Since France’s indoor smoking ban came into effect in 2007, cafes, bars, and restaurants have had to find ways of disposing of cigarette waste. Recyclop founder Abdès Bengorine says that cafes get the largest concentration of cigarette butts in his city. One butt can pollute 500 liters (132 gallons) of water, making the issue especially pertinent for port cities like Marseille.

“If we can stop them ending up on the ground at cafes,” says Mr. Bengorine, “we will have accomplished a lot.”

Participating establishments in Ma Terrasse Propre receive a receptacle capable of holding 10,000 cigarette butts. When it reaches its limit, the butts are sent to a local company specializing in the disposal of toxic waste. There, the butts are incinerated, turned into water vapor, and transformed into electricity via a turbo-generator. 

The goal of such a system, per Recyclop, is to recycle waste without creating new waste, such as plastic. Since its launch, the organization has aimed to not just create new environmentally friendly solutions but educate smokers on their personal responsibility. 

“We’re not trying to take the moral high ground about whether you should smoke or not,” says Mr. Bengorine. “If you want to smoke, that’s your problem. But once your cigarette touches the ground, that’s everyone’s problem.”

A new urgency to cleaning up France

Still, it has been a balancing act for lawmakers to find a happy medium between driving environmental change and keeping the economy afloat. The French government recently unveiled a plan to ban outdoor terrace heaters starting in early 2021, directly impacting cafes and restaurants that have relied on them since the indoor smoking ban went into effect. Mr. Luciani of Chez Jeannot says it will be especially hard for establishments with a small interior, where their turnover could be cut by 80% during the winter months.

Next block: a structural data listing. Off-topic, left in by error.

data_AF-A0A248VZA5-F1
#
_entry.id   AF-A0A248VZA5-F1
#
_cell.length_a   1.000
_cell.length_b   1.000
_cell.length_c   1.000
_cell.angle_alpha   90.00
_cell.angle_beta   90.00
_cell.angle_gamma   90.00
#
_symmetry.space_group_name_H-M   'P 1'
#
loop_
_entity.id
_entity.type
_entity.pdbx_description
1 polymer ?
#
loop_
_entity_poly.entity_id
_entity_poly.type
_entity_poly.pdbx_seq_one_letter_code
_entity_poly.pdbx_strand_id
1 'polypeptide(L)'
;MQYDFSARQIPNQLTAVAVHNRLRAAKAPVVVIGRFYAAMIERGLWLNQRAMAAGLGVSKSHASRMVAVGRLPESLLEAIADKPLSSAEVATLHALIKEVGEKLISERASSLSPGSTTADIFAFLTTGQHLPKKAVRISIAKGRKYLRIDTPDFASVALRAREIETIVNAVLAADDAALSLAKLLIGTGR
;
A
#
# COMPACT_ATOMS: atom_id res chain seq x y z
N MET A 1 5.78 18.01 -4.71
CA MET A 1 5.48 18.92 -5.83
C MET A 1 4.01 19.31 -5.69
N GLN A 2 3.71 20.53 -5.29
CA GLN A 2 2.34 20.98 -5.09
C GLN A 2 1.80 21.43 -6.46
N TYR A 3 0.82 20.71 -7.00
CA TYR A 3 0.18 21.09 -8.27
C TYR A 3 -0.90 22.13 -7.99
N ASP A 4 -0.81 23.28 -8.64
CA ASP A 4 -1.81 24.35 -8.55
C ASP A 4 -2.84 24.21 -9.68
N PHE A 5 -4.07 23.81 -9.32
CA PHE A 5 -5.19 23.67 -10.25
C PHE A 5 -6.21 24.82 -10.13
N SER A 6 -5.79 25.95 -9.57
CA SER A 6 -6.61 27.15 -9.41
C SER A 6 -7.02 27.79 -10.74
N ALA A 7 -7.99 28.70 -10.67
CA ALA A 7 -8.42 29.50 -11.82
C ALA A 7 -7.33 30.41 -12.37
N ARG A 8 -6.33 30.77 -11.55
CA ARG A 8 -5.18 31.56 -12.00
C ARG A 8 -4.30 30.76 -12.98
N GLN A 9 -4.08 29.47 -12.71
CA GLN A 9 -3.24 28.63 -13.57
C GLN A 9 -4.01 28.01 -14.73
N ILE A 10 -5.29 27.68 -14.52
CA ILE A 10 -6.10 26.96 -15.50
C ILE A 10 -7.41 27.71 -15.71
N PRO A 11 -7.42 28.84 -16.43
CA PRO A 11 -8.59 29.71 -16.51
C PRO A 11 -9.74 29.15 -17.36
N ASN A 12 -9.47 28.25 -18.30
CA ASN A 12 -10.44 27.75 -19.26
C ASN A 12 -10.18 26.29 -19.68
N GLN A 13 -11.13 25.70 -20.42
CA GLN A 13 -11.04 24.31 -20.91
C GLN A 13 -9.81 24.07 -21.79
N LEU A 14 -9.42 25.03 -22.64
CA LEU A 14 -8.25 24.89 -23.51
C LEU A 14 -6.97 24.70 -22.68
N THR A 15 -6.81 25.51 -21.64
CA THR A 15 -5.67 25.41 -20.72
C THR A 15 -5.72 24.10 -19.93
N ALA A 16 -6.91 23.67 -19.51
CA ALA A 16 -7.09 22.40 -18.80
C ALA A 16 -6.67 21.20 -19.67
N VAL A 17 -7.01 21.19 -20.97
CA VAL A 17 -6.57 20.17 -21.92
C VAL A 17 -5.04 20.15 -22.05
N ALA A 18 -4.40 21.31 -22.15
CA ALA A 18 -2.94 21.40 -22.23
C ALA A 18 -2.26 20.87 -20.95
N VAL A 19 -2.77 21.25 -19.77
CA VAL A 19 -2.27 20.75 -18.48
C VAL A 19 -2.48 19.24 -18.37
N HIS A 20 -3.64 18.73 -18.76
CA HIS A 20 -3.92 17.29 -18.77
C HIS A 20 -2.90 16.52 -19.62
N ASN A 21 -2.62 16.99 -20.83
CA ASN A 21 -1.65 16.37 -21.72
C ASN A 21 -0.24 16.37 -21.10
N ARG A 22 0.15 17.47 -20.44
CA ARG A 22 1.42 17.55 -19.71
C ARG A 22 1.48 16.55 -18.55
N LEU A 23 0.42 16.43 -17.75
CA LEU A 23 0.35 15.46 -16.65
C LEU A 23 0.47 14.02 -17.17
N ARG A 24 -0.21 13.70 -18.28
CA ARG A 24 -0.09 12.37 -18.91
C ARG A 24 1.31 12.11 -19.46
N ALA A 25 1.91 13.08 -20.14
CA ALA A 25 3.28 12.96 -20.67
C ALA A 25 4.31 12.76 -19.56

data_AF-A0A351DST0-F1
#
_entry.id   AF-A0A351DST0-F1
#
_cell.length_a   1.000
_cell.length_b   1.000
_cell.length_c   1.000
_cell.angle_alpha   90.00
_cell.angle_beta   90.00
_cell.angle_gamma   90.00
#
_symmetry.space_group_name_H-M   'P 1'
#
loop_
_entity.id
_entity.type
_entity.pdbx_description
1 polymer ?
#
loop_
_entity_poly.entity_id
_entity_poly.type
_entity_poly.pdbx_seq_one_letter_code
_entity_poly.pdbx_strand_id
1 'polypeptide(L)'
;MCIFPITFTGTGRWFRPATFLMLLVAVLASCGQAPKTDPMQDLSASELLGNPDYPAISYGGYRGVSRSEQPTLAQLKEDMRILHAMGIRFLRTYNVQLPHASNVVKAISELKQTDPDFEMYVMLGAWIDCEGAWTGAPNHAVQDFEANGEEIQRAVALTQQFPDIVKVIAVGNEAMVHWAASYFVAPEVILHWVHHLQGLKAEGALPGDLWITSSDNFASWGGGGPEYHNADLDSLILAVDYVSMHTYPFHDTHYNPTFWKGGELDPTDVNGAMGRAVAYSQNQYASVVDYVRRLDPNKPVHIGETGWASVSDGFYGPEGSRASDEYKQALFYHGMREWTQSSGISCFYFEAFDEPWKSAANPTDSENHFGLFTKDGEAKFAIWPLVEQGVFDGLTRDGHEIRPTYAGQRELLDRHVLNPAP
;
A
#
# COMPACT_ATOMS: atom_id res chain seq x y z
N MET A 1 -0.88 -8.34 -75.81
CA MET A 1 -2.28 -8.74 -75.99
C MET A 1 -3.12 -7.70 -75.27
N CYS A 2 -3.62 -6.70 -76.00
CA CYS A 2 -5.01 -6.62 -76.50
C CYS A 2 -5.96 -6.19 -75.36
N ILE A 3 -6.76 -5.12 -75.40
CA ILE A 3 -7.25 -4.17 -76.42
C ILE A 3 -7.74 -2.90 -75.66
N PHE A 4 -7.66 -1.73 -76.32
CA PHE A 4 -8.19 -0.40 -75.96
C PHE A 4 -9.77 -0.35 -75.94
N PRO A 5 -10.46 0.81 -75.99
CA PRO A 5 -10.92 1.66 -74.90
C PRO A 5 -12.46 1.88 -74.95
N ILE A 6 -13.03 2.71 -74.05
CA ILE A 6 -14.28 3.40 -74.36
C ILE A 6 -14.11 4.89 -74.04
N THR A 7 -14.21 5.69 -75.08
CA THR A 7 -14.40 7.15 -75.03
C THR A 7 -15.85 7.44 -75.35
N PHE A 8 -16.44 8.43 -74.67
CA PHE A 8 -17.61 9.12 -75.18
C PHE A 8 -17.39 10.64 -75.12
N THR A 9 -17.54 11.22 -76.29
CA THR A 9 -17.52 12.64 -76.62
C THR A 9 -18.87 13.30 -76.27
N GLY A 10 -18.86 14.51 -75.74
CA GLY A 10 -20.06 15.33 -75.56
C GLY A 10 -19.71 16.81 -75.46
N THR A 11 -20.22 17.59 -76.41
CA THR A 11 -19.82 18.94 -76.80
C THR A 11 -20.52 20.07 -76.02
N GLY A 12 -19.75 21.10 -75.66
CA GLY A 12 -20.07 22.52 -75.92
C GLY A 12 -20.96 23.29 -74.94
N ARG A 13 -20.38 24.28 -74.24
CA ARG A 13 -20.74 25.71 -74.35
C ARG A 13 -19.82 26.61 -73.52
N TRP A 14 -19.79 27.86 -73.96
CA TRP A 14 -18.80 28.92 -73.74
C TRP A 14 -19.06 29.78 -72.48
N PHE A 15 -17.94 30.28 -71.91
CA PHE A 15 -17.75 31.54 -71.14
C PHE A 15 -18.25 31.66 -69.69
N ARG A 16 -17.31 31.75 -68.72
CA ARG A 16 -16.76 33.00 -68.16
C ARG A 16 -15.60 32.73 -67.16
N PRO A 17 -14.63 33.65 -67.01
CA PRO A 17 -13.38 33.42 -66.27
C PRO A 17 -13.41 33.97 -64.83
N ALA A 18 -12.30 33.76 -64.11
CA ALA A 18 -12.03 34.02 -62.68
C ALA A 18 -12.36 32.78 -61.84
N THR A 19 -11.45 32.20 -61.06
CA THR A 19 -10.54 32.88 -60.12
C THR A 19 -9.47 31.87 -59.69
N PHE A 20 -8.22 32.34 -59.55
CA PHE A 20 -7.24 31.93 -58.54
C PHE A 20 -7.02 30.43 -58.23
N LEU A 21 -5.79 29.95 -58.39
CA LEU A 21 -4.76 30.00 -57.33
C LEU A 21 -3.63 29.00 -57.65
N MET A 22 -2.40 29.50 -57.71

But France has been forced to improve its sustainability efforts when it comes to cigarette butts and litter in general. If not only to compete with neighboring recycling leaders Austria and Germany, then to address growing calls within local and national agendas. 

At the end of June, the French government accepted nearly all of the 149 ecological solutions proposed by a 150-strong citizen climate group. And in the recent local elections, many towns committed to developing waste management and recycling initiatives.

“We were in a period of time in France where the citizen climate assembly, the local elections, and the pandemic coincided unexpectedly,” says Michel Cruciani, an associate research fellow at the Center for Energy & Climate at the Paris-based think tank Ifri. “These events all contributed to an overall greater awareness.”

It’s certainly been the case in Marseille, where the recent election of Mayor Michèle Rubirola has raised the hopes of Marseillais environmentalists, given her history of activism on green issues in the city. It’s a break away from the city’s poor record – from air and sea pollution to the scourge of cigarette butts – under the previous mayor who stayed in place for 25 years. 

“There’s a new optimism here,” says François, a customer at Chez Jeannot, as the sun dips below the Mediterranean. “Marseille might finally get cleaned up.”

Editor’s note: As a public service, we have removed our paywall for all pandemic-related stories.


Show More

Related Articles

Leave a Reply

Your email address will not be published. Required fields are marked *

Back to top button